BRASILIA (Reuters) - Brazilian Vice President Hamilton Mourao on Friday told journalists that the government will not exclude Chinese telecom company Huawei Technologies Co from operating a fifth-generation (5G) mobile telecoms network in Latin America’s largest economy.
The United States has asked countries to reject Huawei technology in the development of new mobile phone networks, arguing that it could be vulnerable to Chinese eavesdropping. Huawei denies its equipment is a security risk.
U.S. President Donald Trump raised the issue with Brazilian President Jair Bolsonaro during a White House visit in March.
But Mourao, who met with Huawei Chief Executive Ren Zhengfei on a trip to China last month, said Brazil has no plans to bar Huawei when it launches its 5G network next year.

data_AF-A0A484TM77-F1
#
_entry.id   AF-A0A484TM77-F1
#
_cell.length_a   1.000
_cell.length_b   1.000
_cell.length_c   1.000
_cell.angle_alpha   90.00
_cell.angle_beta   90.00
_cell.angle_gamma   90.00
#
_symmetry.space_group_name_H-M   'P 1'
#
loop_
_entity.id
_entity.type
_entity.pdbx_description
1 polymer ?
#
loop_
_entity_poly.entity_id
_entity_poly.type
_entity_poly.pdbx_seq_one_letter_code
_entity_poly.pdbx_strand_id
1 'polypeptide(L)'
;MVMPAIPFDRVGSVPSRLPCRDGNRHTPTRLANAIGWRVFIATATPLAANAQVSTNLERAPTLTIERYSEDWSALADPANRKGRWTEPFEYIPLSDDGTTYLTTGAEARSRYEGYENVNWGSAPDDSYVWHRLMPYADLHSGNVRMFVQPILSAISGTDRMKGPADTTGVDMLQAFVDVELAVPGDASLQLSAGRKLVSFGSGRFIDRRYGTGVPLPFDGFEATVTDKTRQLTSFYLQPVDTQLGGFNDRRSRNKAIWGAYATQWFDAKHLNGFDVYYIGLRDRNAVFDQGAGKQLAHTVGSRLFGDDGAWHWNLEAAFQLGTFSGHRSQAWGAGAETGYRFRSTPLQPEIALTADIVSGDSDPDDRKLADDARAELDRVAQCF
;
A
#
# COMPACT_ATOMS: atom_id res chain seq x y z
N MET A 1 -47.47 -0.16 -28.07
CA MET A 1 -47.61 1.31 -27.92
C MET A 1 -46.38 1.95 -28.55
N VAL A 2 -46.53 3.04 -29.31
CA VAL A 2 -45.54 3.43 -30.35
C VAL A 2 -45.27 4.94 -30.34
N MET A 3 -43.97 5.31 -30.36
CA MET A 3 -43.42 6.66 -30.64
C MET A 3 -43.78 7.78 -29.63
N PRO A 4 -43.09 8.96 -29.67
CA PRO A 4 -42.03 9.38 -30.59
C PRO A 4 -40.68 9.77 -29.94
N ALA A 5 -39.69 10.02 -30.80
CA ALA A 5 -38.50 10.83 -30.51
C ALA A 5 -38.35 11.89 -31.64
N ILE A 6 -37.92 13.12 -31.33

Huawei has already been locked out of the U.S. market. Australia and New Zealand also blocked it from building 5G networks. Japan’s government said last year it will ban government purchases of equipment from the Chinese company.
Mourao told Valor Economico newspaper that there was no distrust of the Chinese company within the Brazilian government and Brazil needs the telecom technology it has to offer.
Wireless carrier TIM Participacoes SA announced this month that it was using Huawei technology to conduct 5G network tests in southern Brazil.
Huawei also relaunched its smartphone business in Brazil recently after a false start in 2014, and now plans to manufacture phones in the country.
The company said on Friday that it is taking the lead in the global 5G market and has secured 46 commercial contracts in 30 countries.
Reporting by Lisandra Paraguassu; writing by Anthony Boadle; editing by Susan Thomas